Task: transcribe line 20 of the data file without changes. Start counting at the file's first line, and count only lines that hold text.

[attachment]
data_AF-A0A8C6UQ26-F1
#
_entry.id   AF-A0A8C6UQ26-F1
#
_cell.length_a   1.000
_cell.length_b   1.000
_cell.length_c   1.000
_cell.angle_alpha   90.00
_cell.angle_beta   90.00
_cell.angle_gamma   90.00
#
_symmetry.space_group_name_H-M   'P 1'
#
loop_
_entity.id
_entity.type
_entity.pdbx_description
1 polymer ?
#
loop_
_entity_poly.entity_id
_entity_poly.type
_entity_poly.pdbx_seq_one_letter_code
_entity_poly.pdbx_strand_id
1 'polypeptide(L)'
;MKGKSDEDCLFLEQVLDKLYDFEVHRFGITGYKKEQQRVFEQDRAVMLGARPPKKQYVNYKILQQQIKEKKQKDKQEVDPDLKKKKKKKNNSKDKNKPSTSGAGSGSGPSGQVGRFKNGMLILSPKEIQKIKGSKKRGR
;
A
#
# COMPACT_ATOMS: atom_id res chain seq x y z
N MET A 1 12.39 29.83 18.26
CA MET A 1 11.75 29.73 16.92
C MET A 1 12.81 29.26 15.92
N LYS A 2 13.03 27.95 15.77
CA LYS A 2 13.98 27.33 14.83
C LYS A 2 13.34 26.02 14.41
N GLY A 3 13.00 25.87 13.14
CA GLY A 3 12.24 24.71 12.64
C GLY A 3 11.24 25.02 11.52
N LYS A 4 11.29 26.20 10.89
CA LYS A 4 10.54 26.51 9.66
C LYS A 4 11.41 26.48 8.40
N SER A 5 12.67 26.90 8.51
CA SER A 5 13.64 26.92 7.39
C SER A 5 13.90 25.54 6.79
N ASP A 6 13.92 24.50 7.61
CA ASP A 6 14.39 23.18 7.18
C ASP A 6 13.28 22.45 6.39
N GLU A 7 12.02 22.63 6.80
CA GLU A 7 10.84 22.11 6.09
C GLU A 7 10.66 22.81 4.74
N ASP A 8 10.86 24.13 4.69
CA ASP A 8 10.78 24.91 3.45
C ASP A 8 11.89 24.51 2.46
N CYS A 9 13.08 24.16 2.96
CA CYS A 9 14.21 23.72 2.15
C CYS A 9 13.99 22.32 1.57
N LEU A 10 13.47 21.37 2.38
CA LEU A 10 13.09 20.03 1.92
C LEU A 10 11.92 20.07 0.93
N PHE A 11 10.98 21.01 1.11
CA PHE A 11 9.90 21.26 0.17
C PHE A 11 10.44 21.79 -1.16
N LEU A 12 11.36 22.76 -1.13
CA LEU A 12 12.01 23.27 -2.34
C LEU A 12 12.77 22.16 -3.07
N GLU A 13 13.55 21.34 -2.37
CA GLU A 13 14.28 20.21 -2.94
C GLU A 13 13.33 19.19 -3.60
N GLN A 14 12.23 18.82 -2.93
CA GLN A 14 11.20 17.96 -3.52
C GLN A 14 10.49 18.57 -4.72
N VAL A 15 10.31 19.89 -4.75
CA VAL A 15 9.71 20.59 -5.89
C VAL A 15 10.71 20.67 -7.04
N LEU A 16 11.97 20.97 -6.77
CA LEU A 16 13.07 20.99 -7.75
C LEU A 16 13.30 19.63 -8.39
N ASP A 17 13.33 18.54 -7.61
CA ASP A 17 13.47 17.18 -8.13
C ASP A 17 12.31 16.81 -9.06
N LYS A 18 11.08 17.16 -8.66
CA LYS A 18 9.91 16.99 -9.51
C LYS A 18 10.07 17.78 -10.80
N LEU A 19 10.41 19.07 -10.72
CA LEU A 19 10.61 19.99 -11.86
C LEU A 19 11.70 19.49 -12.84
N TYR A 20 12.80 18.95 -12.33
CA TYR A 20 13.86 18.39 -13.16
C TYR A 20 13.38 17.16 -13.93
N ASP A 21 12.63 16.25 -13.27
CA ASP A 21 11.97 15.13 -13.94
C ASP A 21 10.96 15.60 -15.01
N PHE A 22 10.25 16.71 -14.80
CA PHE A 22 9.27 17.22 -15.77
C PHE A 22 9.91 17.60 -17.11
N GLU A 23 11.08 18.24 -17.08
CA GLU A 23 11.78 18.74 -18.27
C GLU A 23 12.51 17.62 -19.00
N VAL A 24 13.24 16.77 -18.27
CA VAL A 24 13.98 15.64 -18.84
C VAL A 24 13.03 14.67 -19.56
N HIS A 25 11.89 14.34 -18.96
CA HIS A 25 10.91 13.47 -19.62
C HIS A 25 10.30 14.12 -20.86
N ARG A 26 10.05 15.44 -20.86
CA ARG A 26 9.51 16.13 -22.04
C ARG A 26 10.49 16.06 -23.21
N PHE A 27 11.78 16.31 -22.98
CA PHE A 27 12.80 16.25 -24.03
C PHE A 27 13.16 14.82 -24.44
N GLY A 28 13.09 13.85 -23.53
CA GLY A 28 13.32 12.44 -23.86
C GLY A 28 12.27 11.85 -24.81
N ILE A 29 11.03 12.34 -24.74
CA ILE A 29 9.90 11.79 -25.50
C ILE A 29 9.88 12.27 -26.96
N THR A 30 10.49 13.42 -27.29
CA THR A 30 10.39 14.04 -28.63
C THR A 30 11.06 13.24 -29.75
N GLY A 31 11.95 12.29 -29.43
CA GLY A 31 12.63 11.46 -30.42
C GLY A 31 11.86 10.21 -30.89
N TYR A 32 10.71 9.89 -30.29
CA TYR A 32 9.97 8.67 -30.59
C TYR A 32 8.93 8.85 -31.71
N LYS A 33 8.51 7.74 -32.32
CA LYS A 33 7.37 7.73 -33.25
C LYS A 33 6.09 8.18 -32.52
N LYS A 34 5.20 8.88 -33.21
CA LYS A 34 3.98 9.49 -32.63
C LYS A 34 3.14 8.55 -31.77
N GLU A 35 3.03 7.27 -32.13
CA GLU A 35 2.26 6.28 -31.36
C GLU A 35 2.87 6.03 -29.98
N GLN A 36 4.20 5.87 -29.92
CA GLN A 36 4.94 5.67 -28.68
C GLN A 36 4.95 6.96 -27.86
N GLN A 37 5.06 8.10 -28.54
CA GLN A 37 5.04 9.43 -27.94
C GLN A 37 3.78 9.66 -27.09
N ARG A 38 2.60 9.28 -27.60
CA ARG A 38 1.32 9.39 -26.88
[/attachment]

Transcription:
loop_